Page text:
Patients admitted to NHS major trauma centres at the weekend have near identical outcomes to those admitted during the week, according to a new study of more than 49,000 patients published in the Emergency Medicine Journal.
NHS major trauma services in England show no signs of a ‘weekend effect’, Oxford University-led research has found.
Using data from all 22 major trauma centres (MTCs) in England, a team from Oxford, Liverpool, Manchester, Sheffield and Harvard universities looked for evidence that people who arrived at hospital on Saturday or Sunday had worse outcomes than those admitted on a weekday.
Lead researcher, Oxford University’s Dr David Metcalfe, said: “Earlier studies raised the possibility that patients have worse outcomes when admitted to NHS hospitals at weekends.
‘We wanted to know whether this is true for severely injured patients taken to specialist hospitals that have been configured to provide a similar level of service for injured patients on every day of the week.
‘Severely injured patients in MTCs have access to on-site consultants, specialists, and supporting services like CT scanners and operating theatres at all times.’
The study, published in the Emergency Medicine Journal, used the comprehensive national database operated by the Trauma Audit and Research Network (TARN), which receives data from all 22 MTCs. It collects data on all patients with a severe injury who are admitted for at least three days or die after arriving at hospital.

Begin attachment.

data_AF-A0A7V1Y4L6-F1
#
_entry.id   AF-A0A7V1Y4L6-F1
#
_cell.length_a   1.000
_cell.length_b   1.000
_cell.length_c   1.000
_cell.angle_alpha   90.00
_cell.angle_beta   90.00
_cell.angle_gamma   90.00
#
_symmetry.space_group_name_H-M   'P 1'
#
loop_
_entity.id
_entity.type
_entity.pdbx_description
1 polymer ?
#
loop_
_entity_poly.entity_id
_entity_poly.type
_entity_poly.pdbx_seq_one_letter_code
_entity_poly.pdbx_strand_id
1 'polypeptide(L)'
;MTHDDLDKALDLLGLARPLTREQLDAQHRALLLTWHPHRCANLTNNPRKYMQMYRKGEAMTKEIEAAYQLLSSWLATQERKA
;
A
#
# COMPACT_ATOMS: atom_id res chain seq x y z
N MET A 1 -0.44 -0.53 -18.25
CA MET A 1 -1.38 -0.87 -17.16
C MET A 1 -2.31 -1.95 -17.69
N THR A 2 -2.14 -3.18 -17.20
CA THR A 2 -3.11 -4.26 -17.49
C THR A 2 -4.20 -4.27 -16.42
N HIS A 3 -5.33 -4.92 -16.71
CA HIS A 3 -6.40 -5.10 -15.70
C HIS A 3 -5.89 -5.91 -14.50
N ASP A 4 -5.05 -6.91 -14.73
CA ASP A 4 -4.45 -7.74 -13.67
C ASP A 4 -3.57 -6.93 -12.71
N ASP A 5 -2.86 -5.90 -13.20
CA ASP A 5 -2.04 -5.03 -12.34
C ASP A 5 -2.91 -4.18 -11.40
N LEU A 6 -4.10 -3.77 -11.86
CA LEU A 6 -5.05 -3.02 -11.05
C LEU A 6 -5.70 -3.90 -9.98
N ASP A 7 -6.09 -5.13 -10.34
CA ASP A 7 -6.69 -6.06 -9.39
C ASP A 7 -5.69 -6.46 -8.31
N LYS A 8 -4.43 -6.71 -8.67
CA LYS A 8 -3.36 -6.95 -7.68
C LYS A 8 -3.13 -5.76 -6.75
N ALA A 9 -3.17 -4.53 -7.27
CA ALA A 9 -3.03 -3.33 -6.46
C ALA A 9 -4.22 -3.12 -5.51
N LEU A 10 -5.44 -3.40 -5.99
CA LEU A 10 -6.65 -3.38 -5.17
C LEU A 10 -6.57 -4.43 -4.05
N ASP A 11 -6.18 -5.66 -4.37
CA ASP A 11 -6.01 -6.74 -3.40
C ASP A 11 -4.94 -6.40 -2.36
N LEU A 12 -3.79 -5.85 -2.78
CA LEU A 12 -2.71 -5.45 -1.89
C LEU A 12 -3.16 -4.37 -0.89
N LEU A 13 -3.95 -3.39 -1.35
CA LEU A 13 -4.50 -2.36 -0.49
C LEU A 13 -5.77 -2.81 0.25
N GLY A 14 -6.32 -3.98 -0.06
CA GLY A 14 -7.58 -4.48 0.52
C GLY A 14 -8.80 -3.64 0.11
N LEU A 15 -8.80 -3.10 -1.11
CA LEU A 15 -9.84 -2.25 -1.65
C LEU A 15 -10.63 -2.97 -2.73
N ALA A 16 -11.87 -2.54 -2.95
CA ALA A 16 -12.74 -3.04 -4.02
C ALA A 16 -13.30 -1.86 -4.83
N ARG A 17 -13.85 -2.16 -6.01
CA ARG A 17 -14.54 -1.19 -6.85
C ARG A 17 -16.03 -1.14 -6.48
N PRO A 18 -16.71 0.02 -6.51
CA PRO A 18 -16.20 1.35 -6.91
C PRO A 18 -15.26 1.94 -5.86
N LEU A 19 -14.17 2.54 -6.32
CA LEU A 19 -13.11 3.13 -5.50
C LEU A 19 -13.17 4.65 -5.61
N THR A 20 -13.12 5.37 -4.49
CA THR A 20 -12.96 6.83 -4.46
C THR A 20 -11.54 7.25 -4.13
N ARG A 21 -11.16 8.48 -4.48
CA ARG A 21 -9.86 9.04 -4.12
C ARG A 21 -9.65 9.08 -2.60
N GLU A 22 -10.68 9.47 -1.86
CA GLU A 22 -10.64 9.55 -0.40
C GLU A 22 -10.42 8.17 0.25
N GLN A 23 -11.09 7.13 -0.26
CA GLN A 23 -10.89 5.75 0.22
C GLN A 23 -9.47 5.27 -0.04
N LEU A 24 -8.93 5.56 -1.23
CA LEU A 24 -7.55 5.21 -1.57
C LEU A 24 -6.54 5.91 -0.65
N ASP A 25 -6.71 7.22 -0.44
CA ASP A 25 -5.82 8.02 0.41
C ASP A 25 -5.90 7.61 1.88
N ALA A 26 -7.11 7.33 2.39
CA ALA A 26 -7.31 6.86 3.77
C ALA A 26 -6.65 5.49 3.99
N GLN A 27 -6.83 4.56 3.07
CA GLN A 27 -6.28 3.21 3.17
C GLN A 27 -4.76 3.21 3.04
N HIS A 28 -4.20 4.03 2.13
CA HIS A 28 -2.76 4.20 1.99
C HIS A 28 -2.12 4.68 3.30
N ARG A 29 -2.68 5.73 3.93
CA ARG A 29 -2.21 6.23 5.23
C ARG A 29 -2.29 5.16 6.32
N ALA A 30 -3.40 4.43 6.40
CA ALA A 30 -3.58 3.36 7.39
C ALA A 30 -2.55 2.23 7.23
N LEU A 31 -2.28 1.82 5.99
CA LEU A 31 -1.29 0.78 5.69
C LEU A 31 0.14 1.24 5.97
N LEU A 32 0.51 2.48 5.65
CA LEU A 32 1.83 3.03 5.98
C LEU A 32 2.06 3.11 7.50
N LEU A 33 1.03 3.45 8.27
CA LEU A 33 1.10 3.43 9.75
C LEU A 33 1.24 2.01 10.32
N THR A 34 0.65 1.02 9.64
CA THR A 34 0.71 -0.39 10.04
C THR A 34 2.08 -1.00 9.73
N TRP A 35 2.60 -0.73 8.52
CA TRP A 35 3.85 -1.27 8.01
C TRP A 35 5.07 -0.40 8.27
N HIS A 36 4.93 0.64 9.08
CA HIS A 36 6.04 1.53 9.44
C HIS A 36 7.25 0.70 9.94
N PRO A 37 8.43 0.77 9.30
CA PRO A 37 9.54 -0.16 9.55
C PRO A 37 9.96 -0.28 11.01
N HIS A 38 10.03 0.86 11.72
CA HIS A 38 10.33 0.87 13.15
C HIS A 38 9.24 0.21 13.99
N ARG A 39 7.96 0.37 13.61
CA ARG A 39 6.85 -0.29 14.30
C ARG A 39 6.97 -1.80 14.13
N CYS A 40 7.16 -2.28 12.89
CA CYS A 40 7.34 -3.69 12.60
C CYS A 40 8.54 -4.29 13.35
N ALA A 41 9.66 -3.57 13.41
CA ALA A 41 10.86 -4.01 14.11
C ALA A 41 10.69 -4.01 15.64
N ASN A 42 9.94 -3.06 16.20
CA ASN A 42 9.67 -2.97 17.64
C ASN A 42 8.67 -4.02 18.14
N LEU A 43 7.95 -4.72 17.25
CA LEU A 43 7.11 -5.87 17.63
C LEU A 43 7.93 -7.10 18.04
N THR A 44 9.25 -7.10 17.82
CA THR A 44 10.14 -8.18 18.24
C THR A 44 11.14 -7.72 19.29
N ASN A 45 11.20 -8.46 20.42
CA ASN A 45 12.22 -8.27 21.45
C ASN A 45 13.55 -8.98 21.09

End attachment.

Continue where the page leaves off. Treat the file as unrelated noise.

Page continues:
The team found no differences in the proportion of patients that died or made a good recovery based on the day on which they arrived at hospital. Although the length of hospital stay for patients admitted on a weekday or a weekend during daytime was the same, those arriving at night on the weekend night had a slightly shorter length of stay.
Dr Metcalfe added: ‘The TARN database is specifically designed to collect outcome data for severely injured patients and so we can be confident that there is no weekend effect in this area. This is clearly good news for patients.’